A standing room only crowd representing 58 missions to the UN as well as UN entities and NGOs heard Rafael Seguis, the Undersecretary of the Philippine Department of Foreign Affairs affirmed the strong contribution well-organized civil society can play in protecting civilians amid violent conflict. Citing the choice by both the government of the Philippines and the Moro Islamic Liberation Front of NP as the only international nongovernmental organization to be part of the official agreement on Civilian Protection, Undersecretary Seguis stated, “Both parties were already aware of Nonviolent Peaceforce’s presence in the very ‘hotspot’ areas of Mindanao…it’s track record on the ground with respect to conflict prevention activities and the good relations it continues to maintain with local stakeholders.”
He pointed out that it was "a unique model of unarmed civilian protection that directly engages civil society groups doing peacekeeping work, and taps into their knowledge, experience and manpower," and that this arrangement has contributed to the peace process.
Tiffany Easthom, Country Director of the Nonviolent Peaceforce´s peacekeeping project in South Sudan described how unarmed civilian peacekeepers are protecting civilians and supporting local civil society in preventing violence in some of the most violent places in the world. These peacekeepers engage in a variety of strategies and must remain “nimble and adaptable.” She recommended that these, “newly proven practices need to be supported and scaled up…Unarmed civilian peacekeeping is an entirely appropriate response to violent conflicts in many more countries in many more situations and needs to be scaled up,"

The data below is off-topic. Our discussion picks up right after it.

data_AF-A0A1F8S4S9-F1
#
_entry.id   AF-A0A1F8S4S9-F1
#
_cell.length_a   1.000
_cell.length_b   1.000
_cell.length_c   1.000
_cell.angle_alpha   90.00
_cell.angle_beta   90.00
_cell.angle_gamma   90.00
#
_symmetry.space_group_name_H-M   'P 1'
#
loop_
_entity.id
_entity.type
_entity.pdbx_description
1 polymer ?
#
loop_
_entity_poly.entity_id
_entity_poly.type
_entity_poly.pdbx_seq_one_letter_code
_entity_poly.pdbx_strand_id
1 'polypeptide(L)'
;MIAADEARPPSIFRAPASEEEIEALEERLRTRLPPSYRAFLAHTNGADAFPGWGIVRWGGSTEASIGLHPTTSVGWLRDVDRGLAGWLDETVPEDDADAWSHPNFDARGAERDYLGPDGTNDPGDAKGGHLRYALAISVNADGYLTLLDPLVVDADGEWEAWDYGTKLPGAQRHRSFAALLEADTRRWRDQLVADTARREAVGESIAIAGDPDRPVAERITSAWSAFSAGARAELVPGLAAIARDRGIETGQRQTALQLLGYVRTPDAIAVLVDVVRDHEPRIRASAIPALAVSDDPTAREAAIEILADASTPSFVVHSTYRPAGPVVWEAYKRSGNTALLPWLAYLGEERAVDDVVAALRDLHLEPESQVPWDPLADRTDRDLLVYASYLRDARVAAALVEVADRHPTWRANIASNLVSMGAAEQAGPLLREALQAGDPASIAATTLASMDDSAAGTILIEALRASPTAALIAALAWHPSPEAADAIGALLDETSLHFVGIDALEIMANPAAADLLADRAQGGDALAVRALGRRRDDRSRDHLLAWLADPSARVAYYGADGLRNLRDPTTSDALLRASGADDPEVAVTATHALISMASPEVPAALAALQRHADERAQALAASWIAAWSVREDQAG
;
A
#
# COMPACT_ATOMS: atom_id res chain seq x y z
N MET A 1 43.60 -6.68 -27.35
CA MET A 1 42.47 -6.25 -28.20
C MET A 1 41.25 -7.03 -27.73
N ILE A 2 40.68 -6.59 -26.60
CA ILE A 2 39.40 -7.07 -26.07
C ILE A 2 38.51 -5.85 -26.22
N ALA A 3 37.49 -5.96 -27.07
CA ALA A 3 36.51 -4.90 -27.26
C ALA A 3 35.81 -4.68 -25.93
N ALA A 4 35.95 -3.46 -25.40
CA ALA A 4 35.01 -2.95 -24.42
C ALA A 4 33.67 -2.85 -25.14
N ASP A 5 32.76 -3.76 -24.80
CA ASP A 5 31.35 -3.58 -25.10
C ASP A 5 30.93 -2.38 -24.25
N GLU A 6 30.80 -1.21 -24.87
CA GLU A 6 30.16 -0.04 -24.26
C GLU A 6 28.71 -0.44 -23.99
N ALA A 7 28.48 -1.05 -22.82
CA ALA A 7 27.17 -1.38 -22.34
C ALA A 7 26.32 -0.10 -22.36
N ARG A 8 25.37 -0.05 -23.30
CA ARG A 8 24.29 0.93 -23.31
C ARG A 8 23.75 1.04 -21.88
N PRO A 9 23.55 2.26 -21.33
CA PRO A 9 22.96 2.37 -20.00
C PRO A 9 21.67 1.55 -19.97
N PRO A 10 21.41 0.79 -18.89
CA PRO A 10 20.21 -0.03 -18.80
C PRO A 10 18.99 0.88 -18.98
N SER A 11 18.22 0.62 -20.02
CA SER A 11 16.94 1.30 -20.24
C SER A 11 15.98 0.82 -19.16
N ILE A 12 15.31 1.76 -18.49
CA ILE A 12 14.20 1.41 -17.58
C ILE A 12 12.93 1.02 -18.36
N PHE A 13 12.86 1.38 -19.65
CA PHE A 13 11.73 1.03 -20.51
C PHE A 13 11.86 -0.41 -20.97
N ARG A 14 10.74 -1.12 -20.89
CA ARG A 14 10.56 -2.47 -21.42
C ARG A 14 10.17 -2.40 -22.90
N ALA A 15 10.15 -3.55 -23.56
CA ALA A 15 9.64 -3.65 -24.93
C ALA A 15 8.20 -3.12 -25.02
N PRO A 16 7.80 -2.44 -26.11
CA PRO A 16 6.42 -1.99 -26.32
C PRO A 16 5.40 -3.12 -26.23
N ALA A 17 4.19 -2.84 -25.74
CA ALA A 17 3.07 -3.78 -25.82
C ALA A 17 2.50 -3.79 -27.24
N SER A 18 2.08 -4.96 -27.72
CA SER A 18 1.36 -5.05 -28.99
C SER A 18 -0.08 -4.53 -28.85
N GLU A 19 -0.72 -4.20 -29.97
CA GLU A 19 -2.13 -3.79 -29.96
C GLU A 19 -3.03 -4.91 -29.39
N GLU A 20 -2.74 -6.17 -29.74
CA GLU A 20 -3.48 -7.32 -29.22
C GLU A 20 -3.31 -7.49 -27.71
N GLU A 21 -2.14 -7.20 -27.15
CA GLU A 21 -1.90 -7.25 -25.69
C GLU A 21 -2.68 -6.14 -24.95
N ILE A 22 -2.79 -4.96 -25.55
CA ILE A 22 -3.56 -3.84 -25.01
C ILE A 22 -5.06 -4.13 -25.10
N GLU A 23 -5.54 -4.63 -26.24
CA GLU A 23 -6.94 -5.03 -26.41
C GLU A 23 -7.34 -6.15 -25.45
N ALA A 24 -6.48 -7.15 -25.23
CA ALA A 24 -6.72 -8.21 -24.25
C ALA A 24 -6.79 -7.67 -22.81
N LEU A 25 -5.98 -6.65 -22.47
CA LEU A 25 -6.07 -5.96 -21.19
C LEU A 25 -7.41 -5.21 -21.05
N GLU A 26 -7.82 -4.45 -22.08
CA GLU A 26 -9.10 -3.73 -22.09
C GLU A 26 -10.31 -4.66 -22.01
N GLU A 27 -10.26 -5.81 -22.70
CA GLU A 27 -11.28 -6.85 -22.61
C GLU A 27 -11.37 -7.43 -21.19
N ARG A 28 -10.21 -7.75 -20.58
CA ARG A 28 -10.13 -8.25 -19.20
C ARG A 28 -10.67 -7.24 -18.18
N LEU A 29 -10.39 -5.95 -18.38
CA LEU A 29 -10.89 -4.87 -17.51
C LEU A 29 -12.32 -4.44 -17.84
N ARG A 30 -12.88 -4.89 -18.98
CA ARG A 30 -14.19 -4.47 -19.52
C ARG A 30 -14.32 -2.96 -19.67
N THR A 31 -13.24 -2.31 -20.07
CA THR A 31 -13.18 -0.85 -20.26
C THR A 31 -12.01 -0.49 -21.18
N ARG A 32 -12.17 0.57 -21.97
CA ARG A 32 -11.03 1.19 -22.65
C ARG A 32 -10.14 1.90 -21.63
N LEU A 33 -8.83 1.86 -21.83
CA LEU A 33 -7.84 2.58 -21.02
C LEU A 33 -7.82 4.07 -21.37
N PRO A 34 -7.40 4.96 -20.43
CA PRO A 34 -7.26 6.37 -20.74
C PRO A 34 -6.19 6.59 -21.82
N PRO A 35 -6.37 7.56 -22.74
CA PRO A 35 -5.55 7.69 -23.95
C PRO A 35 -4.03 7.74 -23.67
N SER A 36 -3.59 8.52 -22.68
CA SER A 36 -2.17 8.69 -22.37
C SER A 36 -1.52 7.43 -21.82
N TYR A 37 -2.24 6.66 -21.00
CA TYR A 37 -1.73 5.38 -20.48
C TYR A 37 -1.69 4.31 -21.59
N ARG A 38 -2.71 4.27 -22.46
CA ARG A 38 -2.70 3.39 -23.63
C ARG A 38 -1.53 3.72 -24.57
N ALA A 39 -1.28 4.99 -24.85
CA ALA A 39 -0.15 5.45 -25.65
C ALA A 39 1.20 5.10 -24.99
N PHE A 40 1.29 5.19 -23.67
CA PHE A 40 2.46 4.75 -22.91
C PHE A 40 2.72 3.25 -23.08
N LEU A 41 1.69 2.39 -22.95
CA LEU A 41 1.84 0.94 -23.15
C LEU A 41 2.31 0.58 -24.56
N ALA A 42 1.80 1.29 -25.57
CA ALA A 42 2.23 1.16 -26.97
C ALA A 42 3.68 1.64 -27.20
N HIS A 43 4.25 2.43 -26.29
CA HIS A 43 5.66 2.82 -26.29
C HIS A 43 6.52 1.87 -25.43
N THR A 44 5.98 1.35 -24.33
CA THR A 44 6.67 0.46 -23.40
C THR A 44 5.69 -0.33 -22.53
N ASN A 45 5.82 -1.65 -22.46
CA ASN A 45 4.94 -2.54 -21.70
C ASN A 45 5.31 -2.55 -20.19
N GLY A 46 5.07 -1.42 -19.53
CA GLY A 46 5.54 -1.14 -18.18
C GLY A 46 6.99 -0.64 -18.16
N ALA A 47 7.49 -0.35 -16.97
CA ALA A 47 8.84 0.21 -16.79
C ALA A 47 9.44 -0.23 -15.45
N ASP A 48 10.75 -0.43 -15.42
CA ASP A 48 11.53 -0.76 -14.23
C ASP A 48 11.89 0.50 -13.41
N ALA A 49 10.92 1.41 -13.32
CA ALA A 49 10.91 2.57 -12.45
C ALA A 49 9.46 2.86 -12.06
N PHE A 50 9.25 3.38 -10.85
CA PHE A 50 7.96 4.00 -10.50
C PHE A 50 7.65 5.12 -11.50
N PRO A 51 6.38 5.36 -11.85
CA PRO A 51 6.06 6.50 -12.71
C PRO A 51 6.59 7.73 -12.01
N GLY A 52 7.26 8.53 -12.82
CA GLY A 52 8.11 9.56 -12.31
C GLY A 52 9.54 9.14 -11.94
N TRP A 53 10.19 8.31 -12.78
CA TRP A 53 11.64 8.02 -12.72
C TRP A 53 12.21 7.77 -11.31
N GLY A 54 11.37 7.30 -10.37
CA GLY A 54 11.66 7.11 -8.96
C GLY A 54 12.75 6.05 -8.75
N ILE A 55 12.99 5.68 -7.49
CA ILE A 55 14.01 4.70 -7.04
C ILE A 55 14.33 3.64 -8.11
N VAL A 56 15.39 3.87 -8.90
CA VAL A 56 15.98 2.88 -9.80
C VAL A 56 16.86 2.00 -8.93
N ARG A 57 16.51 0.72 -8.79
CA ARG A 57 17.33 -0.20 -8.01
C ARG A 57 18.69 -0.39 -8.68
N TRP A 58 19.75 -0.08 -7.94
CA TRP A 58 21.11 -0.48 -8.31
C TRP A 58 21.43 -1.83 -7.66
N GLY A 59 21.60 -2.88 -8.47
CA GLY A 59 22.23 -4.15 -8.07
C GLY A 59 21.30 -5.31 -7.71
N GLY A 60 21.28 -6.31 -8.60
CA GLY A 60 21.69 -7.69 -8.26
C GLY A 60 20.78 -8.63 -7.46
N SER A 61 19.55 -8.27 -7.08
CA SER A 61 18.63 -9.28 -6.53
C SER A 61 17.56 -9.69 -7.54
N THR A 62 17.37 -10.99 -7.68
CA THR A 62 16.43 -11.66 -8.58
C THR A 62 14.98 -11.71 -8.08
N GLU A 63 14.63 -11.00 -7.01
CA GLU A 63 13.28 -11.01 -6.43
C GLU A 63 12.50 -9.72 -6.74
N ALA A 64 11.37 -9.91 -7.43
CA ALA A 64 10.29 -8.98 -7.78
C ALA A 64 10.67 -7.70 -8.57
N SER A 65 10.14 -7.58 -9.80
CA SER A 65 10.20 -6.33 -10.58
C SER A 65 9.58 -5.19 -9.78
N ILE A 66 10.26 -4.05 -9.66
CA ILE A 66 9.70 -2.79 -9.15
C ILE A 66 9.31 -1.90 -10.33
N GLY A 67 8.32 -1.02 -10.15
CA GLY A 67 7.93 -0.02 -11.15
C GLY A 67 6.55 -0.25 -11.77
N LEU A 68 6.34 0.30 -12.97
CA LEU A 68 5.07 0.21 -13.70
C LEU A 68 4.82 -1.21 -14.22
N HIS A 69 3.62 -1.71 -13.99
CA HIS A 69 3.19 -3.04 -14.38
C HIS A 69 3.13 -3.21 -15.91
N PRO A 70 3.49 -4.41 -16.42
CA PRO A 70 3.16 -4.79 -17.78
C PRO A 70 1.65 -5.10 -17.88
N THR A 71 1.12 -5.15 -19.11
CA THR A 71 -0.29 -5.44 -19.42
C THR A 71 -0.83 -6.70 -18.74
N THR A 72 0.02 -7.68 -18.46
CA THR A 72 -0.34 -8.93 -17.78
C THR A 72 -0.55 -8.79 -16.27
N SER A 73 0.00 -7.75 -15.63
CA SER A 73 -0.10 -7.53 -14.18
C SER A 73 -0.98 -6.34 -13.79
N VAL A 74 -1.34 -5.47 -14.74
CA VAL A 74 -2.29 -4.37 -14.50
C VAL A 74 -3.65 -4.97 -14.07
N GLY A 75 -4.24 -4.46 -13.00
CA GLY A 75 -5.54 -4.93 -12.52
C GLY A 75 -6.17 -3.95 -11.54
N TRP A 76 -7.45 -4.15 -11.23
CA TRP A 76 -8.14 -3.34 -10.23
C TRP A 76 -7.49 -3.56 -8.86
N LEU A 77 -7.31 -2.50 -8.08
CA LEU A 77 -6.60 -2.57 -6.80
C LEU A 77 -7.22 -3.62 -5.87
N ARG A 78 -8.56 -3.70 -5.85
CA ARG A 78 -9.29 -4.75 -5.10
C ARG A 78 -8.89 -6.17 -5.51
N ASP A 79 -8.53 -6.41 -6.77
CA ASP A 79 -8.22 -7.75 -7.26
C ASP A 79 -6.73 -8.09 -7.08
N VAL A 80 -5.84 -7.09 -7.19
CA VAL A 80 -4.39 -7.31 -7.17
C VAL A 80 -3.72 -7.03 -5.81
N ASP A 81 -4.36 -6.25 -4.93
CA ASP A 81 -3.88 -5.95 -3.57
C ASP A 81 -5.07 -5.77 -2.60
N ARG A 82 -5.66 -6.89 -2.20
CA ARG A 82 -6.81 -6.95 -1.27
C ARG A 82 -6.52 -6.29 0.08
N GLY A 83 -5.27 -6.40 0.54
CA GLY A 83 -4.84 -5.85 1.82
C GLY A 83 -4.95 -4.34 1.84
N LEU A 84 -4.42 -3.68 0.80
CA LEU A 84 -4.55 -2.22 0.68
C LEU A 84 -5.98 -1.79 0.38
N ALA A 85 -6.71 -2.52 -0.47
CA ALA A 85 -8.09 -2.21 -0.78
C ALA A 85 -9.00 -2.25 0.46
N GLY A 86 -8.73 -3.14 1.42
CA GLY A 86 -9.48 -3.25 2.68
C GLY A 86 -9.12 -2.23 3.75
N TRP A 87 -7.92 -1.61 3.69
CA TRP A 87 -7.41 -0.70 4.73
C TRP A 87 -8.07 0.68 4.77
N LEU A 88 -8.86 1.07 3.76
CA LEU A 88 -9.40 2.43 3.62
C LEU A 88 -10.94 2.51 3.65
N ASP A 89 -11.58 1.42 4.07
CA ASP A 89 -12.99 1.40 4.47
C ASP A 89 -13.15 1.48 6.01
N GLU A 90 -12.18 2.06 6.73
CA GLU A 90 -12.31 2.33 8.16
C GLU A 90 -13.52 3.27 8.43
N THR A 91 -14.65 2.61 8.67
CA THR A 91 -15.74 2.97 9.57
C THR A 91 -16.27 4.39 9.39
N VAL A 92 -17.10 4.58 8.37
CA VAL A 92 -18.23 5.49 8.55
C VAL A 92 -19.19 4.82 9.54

Chris Coleman, Director of the Civilian Capacity Project at the United Nations, noted that UCP does not fit every situation, “Unarmed civilian protection is not a perfect instrument… It is not always the right tool… It is, however, a tool that in some circumstances is the right one, the appropriate one, the most effective one. It is a tool that can sometimes be productively deployed on its own, sometimes alongside other instruments, for example within the context of a more conventional peacekeeping operation. Let’s make sure we have the systems in place to use it when we need it.”
After a question and answer session, the Permanent Representative from Belgium, Ambassador Jan Grauls observed that there had been a lot of convergence at the briefing and that UCP linked to a number of other debates at the UN including Protection of Civilians, Responsibility to Protect especially following Libya, civilian capacities and women as actors. “The interest, energy and motivation are high to pursue this discussion.”
This high level briefing was a breakthrough event for Nonviolent Peaceforce. After the briefing, Cora Weiss, President of the Hague Appeal for Peace, commented, “In
over 40 years of working around the UN I have never seen an NGO pull off what you did, getting four member states to present your issue."
We are now vigorously pursuing the next steps of building a strong base at the UN for UCP. Watch this space for progress. Someday soon, unarmed civilian peacekeeping will be a readily available and oft used resource to protect civilians and support them in preventing further violence. The momentum builds.
By Mel Duncan